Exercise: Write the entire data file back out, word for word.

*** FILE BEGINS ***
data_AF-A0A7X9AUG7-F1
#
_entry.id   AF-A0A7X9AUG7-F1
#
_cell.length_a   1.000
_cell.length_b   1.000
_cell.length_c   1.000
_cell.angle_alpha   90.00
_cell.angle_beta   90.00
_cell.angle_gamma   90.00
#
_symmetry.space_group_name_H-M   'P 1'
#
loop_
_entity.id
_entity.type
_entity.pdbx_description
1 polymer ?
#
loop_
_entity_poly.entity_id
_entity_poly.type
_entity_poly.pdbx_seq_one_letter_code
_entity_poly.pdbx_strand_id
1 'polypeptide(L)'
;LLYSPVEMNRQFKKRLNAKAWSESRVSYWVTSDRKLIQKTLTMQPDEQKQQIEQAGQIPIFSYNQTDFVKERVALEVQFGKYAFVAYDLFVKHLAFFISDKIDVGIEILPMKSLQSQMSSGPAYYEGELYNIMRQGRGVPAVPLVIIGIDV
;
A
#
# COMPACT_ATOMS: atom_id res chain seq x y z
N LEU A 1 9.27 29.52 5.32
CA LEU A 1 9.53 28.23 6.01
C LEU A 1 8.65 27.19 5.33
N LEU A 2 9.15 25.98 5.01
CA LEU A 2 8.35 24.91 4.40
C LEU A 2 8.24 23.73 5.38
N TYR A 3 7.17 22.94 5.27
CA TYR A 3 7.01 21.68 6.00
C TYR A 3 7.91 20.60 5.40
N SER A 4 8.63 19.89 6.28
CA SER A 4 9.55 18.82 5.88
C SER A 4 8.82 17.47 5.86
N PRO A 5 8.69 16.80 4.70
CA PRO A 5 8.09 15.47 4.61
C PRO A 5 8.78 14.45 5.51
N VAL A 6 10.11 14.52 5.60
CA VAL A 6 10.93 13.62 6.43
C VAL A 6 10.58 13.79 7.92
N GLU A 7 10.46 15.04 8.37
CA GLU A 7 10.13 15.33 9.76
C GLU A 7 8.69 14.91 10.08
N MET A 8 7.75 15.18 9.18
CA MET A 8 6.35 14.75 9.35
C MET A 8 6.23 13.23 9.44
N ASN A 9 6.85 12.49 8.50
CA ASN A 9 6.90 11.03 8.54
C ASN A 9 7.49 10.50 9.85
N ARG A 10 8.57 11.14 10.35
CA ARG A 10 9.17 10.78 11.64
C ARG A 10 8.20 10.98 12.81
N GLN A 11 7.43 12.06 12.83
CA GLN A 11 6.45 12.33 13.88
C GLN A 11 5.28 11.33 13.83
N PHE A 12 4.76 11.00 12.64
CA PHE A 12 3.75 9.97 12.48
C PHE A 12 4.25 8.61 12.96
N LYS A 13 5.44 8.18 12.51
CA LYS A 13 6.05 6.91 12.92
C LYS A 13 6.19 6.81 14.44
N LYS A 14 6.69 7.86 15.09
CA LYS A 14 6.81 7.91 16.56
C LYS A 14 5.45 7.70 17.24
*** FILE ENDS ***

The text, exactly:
data_AF-A0A7X9AUG7-F1
#
_entry.id   AF-A0A7X9AUG7-F1
#
_cell.length_a   1.000
_cell.length_b   1.000
_cell.length_c   1.000
_cell.angle_alpha   90.00
_cell.angle_beta   90.00
_cell.angle_gamma   90.00
#
_symmetry.space_group_name_H-M   'P 1'
#
loop_
_entity.id
_entity.type
_entity.pdbx_description
1 polymer ?
#
loop_
_entity_poly.entity_id
_entity_poly.type
_entity_poly.pdbx_seq_one_letter_code
_entity_poly.pdbx_strand_id
1 'polypeptide(L)'
;LLYSPVEMNRQFKKRLNAKAWSESRVSYWVTSDRKLIQKTLTMQPDEQKQQIEQAGQIPIFSYNQTDFVKERVALEVQFGKYAFVAYDLFVKHLAFFISDKIDVGIEILPMKSLQSQMSSGPAYYEGELYNIMRQGRGVPAVPLVIIGIDV
;
A
#
# COMPACT_ATOMS: atom_id res chain seq x y z
N LEU A 1 9.27 29.52 5.32
CA LEU A 1 9.53 28.23 6.01
C LEU A 1 8.65 27.19 5.33
N LEU A 2 9.15 25.98 5.01
CA LEU A 2 8.35 24.91 4.40
C LEU A 2 8.24 23.73 5.38
N TYR A 3 7.17 22.94 5.27
CA TYR A 3 7.01 21.68 6.00
C TYR A 3 7.91 20.60 5.40
N SER A 4 8.63 19.89 6.28
CA SER A 4 9.55 18.82 5.88
C SER A 4 8.82 17.47 5.86
N PRO A 5 8.69 16.80 4.70
CA PRO A 5 8.09 15.47 4.61
C PRO A 5 8.78 14.45 5.51
N VAL A 6 10.11 14.52 5.60
CA VAL A 6 10.93 13.62 6.43
C VAL A 6 10.58 13.79 7.92
N GLU A 7 10.46 15.04 8.37
CA GLU A 7 10.13 15.33 9.76
C GLU A 7 8.69 14.91 10.08
N MET A 8 7.75 15.18 9.18
CA MET A 8 6.35 14.75 9.35
C MET A 8 6.23 13.23 9.44
N ASN A 9 6.85 12.49 8.50
CA ASN A 9 6.90 11.03 8.54
C ASN A 9 7.49 10.50 9.85
N ARG A 10 8.57 11.14 10.35
CA ARG A 10 9.17 10.78 11.64
C ARG A 10 8.20 10.98 12.81
N GLN A 11 7.43 12.06 12.83
CA GLN A 11 6.45 12.33 13.88
C GLN A 11 5.28 11.33 13.83
N PHE A 12 4.76 11.00 12.64
CA PHE A 12 3.75 9.97 12.48
C PHE A 12 4.25 8.61 12.96
N LYS A 13 5.44 8.18 12.51
CA LYS A 13 6.05 6.91 12.92
C LYS A 13 6.19 6.81 14.44
N LYS A 14 6.69 7.86 15.09
CA LYS A 14 6.81 7.91 16.56
C LYS A 14 5.45 7.70 17.24